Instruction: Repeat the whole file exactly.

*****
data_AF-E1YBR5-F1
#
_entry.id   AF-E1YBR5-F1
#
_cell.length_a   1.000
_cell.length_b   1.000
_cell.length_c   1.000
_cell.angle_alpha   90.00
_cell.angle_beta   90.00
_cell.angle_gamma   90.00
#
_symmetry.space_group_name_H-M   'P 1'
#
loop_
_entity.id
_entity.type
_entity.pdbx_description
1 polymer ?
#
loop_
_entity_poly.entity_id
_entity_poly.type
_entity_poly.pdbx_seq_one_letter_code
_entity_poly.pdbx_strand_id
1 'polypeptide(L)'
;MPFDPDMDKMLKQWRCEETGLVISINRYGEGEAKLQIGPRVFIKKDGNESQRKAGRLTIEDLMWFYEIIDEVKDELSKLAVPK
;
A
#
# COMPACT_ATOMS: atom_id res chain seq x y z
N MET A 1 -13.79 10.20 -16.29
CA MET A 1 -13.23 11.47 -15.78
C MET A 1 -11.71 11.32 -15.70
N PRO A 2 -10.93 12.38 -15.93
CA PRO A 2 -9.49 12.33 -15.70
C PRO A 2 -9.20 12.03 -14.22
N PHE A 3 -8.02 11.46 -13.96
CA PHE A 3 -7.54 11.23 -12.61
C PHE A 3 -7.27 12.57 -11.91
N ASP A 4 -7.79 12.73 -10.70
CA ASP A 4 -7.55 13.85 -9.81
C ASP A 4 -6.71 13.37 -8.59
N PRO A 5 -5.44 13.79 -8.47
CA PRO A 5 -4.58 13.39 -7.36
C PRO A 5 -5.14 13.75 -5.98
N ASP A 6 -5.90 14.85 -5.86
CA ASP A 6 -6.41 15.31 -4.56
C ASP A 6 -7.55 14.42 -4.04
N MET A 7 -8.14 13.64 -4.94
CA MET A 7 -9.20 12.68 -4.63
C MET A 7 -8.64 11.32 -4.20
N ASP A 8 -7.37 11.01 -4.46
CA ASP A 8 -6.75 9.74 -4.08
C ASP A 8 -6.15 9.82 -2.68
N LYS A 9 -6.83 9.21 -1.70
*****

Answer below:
data_AF-E1YBR5-F1
#
_entry.id   AF-E1YBR5-F1
#
_cell.length_a   1.000
_cell.length_b   1.000
_cell.length_c   1.000
_cell.angle_alpha   90.00
_cell.angle_beta   90.00
_cell.angle_gamma   90.00
#
_symmetry.space_group_name_H-M   'P 1'
#
loop_
_entity.id
_entity.type
_entity.pdbx_description
1 polymer ?
#
loop_
_entity_poly.entity_id
_entity_poly.type
_entity_poly.pdbx_seq_one_letter_code
_entity_poly.pdbx_strand_id
1 'polypeptide(L)'
;MPFDPDMDKMLKQWRCEETGLVISINRYGEGEAKLQIGPRVFIKKDGNESQRKAGRLTIEDLMWFYEIIDEVKDELSKLAVPK
;
A
#
# COMPACT_ATOMS: atom_id res chain seq x y z
N MET A 1 -13.79 10.20 -16.29
CA MET A 1 -13.23 11.47 -15.78
C MET A 1 -11.71 11.32 -15.70
N PRO A 2 -10.93 12.38 -15.93
CA PRO A 2 -9.49 12.33 -15.70
C PRO A 2 -9.20 12.03 -14.22
N PHE A 3 -8.02 11.46 -13.96
CA PHE A 3 -7.54 11.23 -12.61
C PHE A 3 -7.27 12.57 -11.91
N ASP A 4 -7.79 12.73 -10.70
CA ASP A 4 -7.55 13.85 -9.81
C ASP A 4 -6.71 13.37 -8.59
N PRO A 5 -5.44 13.79 -8.47
CA PRO A 5 -4.58 13.39 -7.36
C PRO A 5 -5.14 13.75 -5.98
N ASP A 6 -5.90 14.85 -5.86
CA ASP A 6 -6.41 15.31 -4.56
C ASP A 6 -7.55 14.42 -4.04
N MET A 7 -8.14 13.64 -4.94
CA MET A 7 -9.20 12.68 -4.63
C MET A 7 -8.64 11.32 -4.20
N ASP A 8 -7.37 11.01 -4.46
CA ASP A 8 -6.75 9.74 -4.08
C ASP A 8 -6.15 9.82 -2.68
N LYS A 9 -6.83 9.21 -1.70